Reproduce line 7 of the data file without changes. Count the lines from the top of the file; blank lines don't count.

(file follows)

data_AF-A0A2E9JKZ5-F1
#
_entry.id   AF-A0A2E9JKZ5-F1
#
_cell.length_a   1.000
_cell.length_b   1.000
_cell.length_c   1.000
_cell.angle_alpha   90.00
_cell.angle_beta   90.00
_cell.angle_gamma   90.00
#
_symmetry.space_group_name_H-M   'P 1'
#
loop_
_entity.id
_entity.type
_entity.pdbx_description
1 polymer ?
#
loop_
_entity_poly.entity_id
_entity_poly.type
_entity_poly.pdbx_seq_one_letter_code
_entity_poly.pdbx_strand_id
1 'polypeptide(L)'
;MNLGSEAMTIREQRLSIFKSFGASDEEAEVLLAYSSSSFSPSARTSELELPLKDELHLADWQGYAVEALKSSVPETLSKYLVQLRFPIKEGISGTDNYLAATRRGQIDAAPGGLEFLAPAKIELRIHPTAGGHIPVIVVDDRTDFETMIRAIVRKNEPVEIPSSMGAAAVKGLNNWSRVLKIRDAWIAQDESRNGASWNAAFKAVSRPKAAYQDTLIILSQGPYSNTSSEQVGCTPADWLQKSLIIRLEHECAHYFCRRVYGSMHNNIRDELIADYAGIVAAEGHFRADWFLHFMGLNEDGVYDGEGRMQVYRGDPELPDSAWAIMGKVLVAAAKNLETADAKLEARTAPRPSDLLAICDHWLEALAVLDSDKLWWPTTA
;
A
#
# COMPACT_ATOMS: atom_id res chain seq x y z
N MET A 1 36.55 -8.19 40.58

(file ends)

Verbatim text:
_cell.length_c   1.000